Now that we have a decent handle on non-culpable class privilege, we can start to think about the obligations that those with class privilege might have. In a recent thread in Legal Theory, some have approached the issue of class privilege by proposing more stringent legal responsibilities for the ‘gatekeepers of social advantage’, including landlords, employers, and university admissions boards (see discussion in Khaitan 2015). This is a sensible legal approach, but as an articulation of the moral responsibilities coming from class privilege it won’t be precise enough. Many who happen to be gatekeepers will not themselves have privilege, and because even for those gatekeepers who do, measures designed to ensure fair equality of opportunity in access to advantage do not do anything to affect the privilege of the gatekeepers themselves. (At best, such measures will make access to advantage fairer in the future, and so affect who the future gatekeepers of advantage are). We’re asking what obligations arise for whoever has class privilege, not for whoever controls the future distribution of privilege―although the former might end up being partially directed towards the latter.

Discussions about the obligations of beneficiaries have tended to focus on individuals’ actual benefits (see e.g. Anwander 2005; Butt 2007; Goodin 2013; Goodin & Barry 2014; Haydar & Øverland 2014; Heyward 2014; Pasternak 2014). In developing the concept of class privilege, I have argued that people can have class privilege because they are more likely to receive benefits, even if they actually do not benefit. Those born to parents in better-off class groups are more likely to end up with more economic, social, and cultural goods than those born to parents in worse-off class groups.

Discussions about the obligations of beneficiaries have also tended to focus on discrete identifiable acts of injustice, from which specific kinds of benefits can be traced to specific individuals (although cf. Barry & Wiens 2014; Heyward 2014). In developing the concept of class privilege, I extended the scope of what people can benefit from, to cover structural injustice and social inequality.11. And I extended the scope of what benefits can consist in, to include e.g. social and cultural capital. So unlike when benefits are held in the form of money or material goods to some discrete degree, the class-privileged person often cannot simply ‘give up’ her privilege and be done with the matter.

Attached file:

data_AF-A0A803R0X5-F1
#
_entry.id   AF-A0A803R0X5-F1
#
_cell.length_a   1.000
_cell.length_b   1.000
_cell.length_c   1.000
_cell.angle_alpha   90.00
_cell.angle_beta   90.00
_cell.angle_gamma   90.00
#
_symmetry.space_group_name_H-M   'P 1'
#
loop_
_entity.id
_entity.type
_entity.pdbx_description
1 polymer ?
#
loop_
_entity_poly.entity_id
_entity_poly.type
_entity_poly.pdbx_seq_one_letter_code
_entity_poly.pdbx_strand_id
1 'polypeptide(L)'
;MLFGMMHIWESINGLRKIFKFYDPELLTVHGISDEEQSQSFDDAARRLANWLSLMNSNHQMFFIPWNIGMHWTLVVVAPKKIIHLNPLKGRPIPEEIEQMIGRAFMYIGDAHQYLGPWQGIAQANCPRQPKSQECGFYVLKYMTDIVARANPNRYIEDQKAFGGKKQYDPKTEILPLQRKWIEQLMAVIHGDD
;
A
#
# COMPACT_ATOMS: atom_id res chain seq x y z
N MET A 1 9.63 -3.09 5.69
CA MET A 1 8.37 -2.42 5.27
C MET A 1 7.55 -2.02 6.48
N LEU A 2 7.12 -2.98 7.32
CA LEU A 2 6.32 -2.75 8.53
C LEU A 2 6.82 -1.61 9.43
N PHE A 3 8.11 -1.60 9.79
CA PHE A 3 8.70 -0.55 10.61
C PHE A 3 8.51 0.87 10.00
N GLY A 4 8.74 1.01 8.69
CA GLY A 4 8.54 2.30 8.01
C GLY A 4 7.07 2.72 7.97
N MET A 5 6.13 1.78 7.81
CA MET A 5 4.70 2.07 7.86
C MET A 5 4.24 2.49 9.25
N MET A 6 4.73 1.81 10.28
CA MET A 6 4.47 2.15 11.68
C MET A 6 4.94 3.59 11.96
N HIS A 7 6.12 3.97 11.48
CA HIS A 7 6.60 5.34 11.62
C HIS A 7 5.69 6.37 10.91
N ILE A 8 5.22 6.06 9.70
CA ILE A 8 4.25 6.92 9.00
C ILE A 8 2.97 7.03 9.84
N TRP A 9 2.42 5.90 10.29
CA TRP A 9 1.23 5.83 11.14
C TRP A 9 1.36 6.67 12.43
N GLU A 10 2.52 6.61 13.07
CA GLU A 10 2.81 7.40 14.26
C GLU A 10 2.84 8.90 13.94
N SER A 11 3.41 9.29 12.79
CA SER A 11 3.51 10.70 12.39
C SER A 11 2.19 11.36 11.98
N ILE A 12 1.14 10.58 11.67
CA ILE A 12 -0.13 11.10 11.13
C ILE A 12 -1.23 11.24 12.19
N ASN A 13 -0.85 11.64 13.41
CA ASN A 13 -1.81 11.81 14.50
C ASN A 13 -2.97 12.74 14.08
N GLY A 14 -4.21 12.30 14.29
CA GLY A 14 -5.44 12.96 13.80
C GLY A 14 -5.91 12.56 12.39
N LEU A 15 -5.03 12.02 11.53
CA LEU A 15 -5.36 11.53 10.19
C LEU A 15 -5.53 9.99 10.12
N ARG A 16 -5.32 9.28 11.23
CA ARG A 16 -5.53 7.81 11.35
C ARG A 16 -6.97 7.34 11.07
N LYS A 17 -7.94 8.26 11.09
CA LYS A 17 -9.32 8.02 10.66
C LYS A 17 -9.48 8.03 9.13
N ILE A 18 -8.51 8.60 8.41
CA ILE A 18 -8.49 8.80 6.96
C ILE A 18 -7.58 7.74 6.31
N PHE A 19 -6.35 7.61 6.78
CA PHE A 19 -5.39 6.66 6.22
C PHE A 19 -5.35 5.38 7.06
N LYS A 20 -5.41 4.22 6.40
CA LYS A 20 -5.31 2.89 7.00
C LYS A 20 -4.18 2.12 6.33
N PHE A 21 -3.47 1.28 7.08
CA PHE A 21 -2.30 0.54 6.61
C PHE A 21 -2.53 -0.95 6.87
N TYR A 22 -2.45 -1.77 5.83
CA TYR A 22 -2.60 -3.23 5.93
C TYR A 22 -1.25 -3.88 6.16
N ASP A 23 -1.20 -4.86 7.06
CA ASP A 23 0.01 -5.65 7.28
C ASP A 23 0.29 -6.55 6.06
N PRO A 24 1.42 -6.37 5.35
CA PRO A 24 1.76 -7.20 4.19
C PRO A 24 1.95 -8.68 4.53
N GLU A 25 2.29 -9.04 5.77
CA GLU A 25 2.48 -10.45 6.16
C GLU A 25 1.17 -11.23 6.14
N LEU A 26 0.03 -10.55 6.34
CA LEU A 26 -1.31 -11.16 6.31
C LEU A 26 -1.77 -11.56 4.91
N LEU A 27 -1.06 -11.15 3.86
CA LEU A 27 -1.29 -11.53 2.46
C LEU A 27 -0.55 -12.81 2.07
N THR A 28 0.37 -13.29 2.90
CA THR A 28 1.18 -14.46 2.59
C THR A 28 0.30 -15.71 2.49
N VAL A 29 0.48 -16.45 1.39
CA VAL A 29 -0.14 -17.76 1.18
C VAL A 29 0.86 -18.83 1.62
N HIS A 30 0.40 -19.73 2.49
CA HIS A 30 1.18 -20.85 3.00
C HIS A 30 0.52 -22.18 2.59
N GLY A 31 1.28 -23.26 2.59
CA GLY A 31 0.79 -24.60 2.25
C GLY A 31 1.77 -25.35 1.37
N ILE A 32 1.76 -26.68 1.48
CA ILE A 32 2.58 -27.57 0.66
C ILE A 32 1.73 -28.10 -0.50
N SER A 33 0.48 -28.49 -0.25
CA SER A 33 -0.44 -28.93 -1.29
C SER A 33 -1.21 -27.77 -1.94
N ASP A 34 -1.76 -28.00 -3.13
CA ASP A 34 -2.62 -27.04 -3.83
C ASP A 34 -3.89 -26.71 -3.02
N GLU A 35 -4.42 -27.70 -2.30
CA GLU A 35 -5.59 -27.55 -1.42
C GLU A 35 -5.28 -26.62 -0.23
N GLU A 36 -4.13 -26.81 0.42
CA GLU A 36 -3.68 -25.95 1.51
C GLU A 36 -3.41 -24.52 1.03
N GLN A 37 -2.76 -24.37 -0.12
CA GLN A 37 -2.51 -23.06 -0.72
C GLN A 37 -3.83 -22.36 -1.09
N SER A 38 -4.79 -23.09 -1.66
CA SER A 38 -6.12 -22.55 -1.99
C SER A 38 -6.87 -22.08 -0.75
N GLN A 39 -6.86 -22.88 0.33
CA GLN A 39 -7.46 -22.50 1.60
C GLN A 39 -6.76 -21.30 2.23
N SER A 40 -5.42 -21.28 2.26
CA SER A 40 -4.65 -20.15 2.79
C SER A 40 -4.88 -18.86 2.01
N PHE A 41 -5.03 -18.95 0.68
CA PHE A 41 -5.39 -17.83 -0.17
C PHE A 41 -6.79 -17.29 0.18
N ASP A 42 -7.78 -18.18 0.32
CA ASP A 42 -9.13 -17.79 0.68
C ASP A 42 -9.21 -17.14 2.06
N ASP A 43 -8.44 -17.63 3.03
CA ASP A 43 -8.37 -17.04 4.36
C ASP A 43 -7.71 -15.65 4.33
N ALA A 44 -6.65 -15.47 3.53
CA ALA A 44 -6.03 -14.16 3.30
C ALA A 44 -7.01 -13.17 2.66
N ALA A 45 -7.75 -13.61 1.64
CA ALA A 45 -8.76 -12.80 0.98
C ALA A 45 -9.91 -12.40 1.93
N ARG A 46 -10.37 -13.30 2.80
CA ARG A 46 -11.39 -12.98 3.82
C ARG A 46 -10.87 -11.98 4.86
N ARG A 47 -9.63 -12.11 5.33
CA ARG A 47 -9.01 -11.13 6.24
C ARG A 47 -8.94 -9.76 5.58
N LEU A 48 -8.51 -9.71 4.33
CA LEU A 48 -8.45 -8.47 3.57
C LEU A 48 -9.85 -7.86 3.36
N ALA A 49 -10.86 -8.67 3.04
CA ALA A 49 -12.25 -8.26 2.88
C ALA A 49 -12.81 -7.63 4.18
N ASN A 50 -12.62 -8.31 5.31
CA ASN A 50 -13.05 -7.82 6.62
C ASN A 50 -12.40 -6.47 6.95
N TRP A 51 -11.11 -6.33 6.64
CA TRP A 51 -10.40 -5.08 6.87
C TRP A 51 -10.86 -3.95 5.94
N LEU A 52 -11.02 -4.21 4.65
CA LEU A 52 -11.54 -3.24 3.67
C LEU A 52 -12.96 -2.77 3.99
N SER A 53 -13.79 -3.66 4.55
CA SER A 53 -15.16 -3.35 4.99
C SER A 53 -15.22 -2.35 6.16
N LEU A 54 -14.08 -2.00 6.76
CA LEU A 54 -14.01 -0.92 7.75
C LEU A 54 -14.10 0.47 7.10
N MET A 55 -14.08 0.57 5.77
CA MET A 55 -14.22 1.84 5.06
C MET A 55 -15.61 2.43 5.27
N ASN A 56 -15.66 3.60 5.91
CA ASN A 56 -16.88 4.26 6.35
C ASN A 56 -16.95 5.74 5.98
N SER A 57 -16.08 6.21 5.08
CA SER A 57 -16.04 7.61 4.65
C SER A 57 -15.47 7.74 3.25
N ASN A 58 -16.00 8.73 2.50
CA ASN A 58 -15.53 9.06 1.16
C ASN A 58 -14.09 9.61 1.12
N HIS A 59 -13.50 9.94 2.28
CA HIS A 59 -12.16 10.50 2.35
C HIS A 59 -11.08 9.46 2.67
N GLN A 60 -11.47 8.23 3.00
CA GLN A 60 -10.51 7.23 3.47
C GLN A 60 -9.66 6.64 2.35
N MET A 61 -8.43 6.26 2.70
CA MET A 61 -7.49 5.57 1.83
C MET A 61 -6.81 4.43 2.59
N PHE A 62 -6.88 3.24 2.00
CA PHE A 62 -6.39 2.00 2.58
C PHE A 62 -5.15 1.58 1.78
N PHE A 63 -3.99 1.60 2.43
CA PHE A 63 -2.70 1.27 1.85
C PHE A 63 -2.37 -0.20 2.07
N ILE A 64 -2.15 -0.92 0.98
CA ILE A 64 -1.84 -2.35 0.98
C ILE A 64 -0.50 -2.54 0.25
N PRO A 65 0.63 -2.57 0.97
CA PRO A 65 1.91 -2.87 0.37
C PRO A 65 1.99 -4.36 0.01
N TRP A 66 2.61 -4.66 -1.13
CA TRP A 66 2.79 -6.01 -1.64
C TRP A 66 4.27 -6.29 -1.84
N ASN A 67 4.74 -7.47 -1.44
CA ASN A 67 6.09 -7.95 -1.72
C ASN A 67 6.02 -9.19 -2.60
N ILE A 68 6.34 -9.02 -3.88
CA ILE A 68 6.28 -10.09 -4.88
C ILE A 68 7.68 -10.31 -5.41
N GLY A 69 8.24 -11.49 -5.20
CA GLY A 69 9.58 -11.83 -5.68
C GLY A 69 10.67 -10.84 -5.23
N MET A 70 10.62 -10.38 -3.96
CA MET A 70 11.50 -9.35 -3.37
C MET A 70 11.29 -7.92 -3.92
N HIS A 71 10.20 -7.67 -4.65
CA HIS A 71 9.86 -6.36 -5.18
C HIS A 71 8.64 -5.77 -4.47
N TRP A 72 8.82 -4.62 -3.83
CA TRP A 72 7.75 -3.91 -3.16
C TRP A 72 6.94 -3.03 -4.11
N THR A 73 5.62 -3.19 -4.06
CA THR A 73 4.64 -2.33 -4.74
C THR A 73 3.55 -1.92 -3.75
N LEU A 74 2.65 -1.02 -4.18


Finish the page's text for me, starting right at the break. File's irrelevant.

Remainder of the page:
In fact, characterizing the obligations of the class privileged in the way others have characterized beneficiaries’ obligations―for example to disgorge benefits (Goodin & Barry 2014, pp. 371-372), or to relinquish benefits to the subjective extent that you value them (Butt 2007, pp. 140-143)―would seem to misfire. Giving up benefits might mean cutting family ties, or throwing away educational opportunities, or walking away from challenging and rewarding jobs, or simply trading places with another class privileged person, or otherwise making oneself comparatively worse-off for no obvious net gain in advantage to someone else (merely trading places in an ad hoc way with someone worse-off doesn’t obviously serve the cause of justice, because it might not be the best or the fairest way to compensate a person who has been unfairly disadvantaged, and it might not do anything to change the distribution of goods into the future).

It makes more sense to think in terms of the privileged having obligations to offset their privilege. I borrow the metaphor of ‘offsetting’ from discussions about climate change, where it is accepted that it would be very difficult for individuals in many contemporary domestic institutional settings to fully eliminate their greenhouse gas (GHG) emissions. ‘Offsetting’ captures the idea that emitting to some degree, although surely not to just any degree, is non-culpable (see discussion in §III), and yet can and should nonetheless be neutralized. Applied to class privilege, it suggests that it would be very difficult, and in some cases undesirable, for individuals to avoid having privilege, and yet that such individuals can and should neutralize the privilege that they have.

The explanation for why emitters should offset is that climate change threatens serious harm to persons, animals, and the environment; the explanation for why the class privileged should offset is that a lack of social mobility is a serious harm to those with parents in worse-off class groups. Worlds characterized by class privilege are bad, even if the people who have class privilege are not (necessarily) themselves bad. The idea of offsetting also makes the object of the obligations clear. When we offset our GHG emissions, we neutralize the harms they might otherwise do by removing or preventing GHG emissions elsewhere (e.g. by planting new trees, or preventing deforestation), and thereby make a small contribution to the mitigation of a major harm.

Similarly, then, when a person offsets her class-privilege, she must be attempting to neutralize the harm done by a system that distorts the distribution of goods in a society according to class. She can do this to maximum effect by channeling her offsetting to undermine the source of her class privilege and others’ corresponding class-based disadvantage. In summary: